Hello! This is my first post here, after lurking and sometimes commenting. I just wanted to share a couple videos that relate to the origin of organized complexity in dynamic systems. The first is a pretty basic (but still good) educational video about “emergence” (aka emergent properties), where interactions between the parts of a system results in new properties and greater complexity. Emergence – How Stupid Things Become Smart Together - YouTube.
I always bring up this phenomenon when I teach biology, but I’ve learned from this video that I’ve been neglecting the point that emergence goes on an on to larger and larger scales of complexity all by itself.
The second video is about how a particle simulator with a few simple rules quickly builds into populations of life-like things. It’s a nice example of emergence. There are tons of simulators like this, but this one really caught my eye. Skipping to about 5 min. in the video, one learns about the rules that govern the emergent system seen here. The rules are not particularly biological in nature, but I don’t think that matters.
Mark, I found your “referrals” informative and visually appealing, even if I don’t accept everything they convey.
Kurtgesagt has been a favorite video maker for a while now, although I’m still far short of watching all of “his” videos.
As it happened, while spring-boarding off the videos that you mentioned in your OP, I came across this one: I programmed some creatures. They Evolved. by a fellow unknown to me, Dave Miller. What stood out to me in his video was his assertion that there are five conditions necessary for evolution and natural selection, specifically:
There has to be **something that is Self-replicating.
Nota bene: Evolution does not explain where the first self-replicating thing came from, it only assumes that there is one.
Every self-replicating organism has to be “constructed” from some sort of Blueprint.
“Genome” is the word for the genetic information in the Blueprint. DNA and RNA are specific "chemical storage formats* that the genetic information has: DNA has four molecules called C, G, T, A, and RNA uses a U molecule instead of a T molecule.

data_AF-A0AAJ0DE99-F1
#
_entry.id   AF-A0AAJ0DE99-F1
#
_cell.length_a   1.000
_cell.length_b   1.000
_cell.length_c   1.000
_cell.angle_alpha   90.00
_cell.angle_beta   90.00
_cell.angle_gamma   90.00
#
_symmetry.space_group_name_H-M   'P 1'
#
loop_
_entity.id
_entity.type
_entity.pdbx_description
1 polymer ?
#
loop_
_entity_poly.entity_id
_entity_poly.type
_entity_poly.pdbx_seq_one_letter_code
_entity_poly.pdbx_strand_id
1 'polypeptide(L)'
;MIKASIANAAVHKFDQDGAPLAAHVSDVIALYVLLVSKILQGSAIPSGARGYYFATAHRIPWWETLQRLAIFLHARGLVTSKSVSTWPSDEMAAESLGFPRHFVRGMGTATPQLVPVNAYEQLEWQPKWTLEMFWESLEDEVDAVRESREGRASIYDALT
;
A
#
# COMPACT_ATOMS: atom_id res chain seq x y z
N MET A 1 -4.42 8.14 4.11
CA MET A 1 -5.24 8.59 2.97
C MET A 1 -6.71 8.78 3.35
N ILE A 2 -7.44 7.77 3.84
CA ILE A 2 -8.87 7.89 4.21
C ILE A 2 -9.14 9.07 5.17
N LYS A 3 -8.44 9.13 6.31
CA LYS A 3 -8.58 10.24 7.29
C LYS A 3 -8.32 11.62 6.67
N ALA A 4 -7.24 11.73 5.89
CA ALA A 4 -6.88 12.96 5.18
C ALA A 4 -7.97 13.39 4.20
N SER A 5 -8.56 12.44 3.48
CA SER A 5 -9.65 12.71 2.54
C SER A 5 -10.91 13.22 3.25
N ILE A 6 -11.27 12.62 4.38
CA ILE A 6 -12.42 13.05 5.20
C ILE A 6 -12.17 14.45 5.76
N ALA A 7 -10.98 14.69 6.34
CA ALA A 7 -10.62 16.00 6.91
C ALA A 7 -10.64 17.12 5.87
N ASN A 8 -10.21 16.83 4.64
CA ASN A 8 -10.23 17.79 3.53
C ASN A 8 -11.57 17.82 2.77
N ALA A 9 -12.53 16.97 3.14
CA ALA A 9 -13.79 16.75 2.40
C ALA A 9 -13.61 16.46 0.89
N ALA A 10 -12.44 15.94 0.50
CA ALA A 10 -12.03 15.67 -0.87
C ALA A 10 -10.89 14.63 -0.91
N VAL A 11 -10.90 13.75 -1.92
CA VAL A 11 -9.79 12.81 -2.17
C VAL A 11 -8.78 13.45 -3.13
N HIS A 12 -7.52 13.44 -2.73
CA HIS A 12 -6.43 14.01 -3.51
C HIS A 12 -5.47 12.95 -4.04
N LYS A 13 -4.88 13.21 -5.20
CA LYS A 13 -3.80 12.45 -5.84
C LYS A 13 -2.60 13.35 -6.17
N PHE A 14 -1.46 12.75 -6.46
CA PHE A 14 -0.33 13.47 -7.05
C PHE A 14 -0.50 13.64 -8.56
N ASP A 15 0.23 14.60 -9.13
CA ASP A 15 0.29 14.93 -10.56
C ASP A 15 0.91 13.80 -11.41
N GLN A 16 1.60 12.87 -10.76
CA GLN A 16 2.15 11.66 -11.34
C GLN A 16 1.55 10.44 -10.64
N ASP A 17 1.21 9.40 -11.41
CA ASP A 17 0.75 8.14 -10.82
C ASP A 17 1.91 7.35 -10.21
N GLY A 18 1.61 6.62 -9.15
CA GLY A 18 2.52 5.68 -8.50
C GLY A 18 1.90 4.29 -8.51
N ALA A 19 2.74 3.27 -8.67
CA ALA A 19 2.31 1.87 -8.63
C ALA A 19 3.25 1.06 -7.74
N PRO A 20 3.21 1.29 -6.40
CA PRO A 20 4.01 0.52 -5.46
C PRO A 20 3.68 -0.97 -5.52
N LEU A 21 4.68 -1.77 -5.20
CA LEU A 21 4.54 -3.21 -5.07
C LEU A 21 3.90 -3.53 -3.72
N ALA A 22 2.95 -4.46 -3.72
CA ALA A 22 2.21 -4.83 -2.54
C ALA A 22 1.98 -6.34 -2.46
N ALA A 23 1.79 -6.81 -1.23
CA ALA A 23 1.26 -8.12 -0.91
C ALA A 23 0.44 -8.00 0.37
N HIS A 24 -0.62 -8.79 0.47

The Blueprint has to be Inheritable, from the replicator by the replicant, i.e. from “the parent” by “the offspring”.
The Blueprint has to undergo occasional Mutations.
And finally, there has to be some Selection method for deciding Who Gets To Reproduce**.
That “list of five conditions” is the first neatly-packaged, memorable “List” that I’ve seen, and I wanted to ask you: Based on your experience in the field of Biology, have you seen any other conditions mentioned that you would add to Dave Miller’s list of five?
Like different cooks being asked to come up with a recipe for soufflé, it is likely that different biologists will add some other ingredients to the recipe needed for evolution by natural selection. Natural selection being the kind of evolutionary process that leads to adaptations for being good at reproduction.
To the recipe that you describe I would add: Metabolism. To me that means having the ability to take in raw materials that carry potential energy from their surroundings, and then to deplete that potential energy as they self-assemble the raw materials to build and maintain an orderly body.
Living things do that as they grow, and they must do that even before they set about managing all that stuff about a blueprint. There is a general consensus that metabolism of some sort came before the replicator of RNA and DNA. Metabolism came before there was anything we’d call “life”.
How can that be? Well, we see many examples of non-living things that have a kind of metabolism of their own sort. Fire consumes fuel from its surroundings, and as a result, fire grows and becomes increasingly self-organized. Growing crystals do the same. And do violent storm systems like hurricanes and tornados. None of these have replicators (unless you really want to stretch things), and so they are not alive. But they are very life-like in so far that they have what one could generously call metabolism. And on their own they grow and become more and more organized.
Where did organic metabolism (and later life) begin? We don’t know, but a very popular candidate are alkaline vents. The model of this process is far from complete. We have gaps in how organic metabolism would be built completely in that environment, but the conditions of alkaline vents seem the best candidate for starting the process.
I am not any sort of biologist, but I have read on the subject and these are fairly basic matters to anyone with an interest in evolutionary science,
I would hold that the “blueprint” - which is not much like a blueprint in any life I know of - is not even strictly necessary. It may be a practical necessity for all but the simplest replicators, but it is replication that is necessary, not a particular Implementation. Also the list seems somewhat redundant.
So my list would be
that are capable of increasing in number
that do not always perfectly replicate
the variations produced by imperfect replication may affect reproductive success